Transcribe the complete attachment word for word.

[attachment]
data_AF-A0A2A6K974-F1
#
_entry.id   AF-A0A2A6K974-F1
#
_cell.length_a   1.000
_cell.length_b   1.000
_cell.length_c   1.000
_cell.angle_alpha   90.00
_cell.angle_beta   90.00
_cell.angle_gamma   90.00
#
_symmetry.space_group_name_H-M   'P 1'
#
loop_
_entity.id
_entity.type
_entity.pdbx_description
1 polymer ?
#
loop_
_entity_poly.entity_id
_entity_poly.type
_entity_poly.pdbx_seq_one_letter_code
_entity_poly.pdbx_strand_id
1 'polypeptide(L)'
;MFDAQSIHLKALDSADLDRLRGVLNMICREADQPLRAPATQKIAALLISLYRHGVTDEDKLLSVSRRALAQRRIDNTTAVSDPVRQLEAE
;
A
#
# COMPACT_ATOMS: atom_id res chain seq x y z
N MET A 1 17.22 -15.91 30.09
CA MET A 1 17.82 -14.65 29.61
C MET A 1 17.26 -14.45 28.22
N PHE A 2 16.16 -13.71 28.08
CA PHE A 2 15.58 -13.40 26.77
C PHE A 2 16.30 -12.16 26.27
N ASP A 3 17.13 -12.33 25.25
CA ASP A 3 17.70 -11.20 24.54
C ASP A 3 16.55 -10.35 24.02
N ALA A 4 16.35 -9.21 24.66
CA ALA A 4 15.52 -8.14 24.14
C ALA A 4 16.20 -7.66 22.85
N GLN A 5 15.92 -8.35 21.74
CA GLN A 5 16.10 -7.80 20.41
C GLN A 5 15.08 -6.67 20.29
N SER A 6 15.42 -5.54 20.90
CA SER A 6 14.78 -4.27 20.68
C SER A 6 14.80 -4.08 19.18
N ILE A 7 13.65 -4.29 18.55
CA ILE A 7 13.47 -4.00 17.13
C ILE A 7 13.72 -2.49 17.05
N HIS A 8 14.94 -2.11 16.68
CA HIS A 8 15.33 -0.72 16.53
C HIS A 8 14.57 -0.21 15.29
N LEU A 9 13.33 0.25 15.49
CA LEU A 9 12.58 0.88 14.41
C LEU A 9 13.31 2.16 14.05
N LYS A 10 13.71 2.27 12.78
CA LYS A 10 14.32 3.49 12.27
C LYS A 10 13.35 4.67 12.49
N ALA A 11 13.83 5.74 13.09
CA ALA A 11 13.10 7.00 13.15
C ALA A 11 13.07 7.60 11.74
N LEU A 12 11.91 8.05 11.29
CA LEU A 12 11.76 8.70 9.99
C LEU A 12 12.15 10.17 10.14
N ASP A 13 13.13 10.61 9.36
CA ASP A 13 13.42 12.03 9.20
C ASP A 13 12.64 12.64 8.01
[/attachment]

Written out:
data_AF-A0A2A6K974-F1
#
_entry.id   AF-A0A2A6K974-F1
#
_cell.length_a   1.000
_cell.length_b   1.000
_cell.length_c   1.000
_cell.angle_alpha   90.00
_cell.angle_beta   90.00
_cell.angle_gamma   90.00
#
_symmetry.space_group_name_H-M   'P 1'
#
loop_
_entity.id
_entity.type
_entity.pdbx_description
1 polymer ?
#
loop_
_entity_poly.entity_id
_entity_poly.type
_entity_poly.pdbx_seq_one_letter_code
_entity_poly.pdbx_strand_id
1 'polypeptide(L)'
;MFDAQSIHLKALDSADLDRLRGVLNMICREADQPLRAPATQKIAALLISLYRHGVTDEDKLLSVSRRALAQRRIDNTTAVSDPVRQLEAE
;
A
#
# COMPACT_ATOMS: atom_id res chain seq x y z
N MET A 1 17.22 -15.91 30.09
CA MET A 1 17.82 -14.65 29.61
C MET A 1 17.26 -14.45 28.22
N PHE A 2 16.16 -13.71 28.08
CA PHE A 2 15.58 -13.40 26.77
C PHE A 2 16.30 -12.16 26.27
N ASP A 3 17.13 -12.33 25.25
CA ASP A 3 17.70 -11.20 24.54
C ASP A 3 16.55 -10.35 24.02
N ALA A 4 16.35 -9.21 24.66
CA ALA A 4 15.52 -8.14 24.14
C ALA A 4 16.20 -7.66 22.85
N GLN A 5 15.92 -8.35 21.74
CA GLN A 5 16.10 -7.80 20.41
C GLN A 5 15.08 -6.67 20.29
N SER A 6 15.42 -5.54 20.90
CA SER A 6 14.78 -4.27 20.68
C SER A 6 14.80 -4.08 19.18
N ILE A 7 13.65 -4.29 18.55
CA ILE A 7 13.47 -4.00 17.13
C ILE A 7 13.72 -2.49 17.05
N HIS A 8 14.94 -2.11 16.68
CA HIS A 8 15.33 -0.72 16.53
C HIS A 8 14.57 -0.21 15.29
N LEU A 9 13.33 0.25 15.49
CA LEU A 9 12.58 0.88 14.41
C LEU A 9 13.31 2.16 14.05
N LYS A 10 13.71 2.27 12.78
CA LYS A 10 14.32 3.49 12.27
C LYS A 10 13.35 4.67 12.49
N ALA A 11 13.83 5.74 13.09
CA ALA A 11 13.10 7.00 13.15
C ALA A 11 13.07 7.60 11.74
N LEU A 12 11.91 8.05 11.29
CA LEU A 12 11.76 8.70 9.99
C LEU A 12 12.15 10.17 10.14
N ASP A 13 13.13 10.61 9.36
CA ASP A 13 13.42 12.03 9.20
C ASP A 13 12.64 12.64 8.01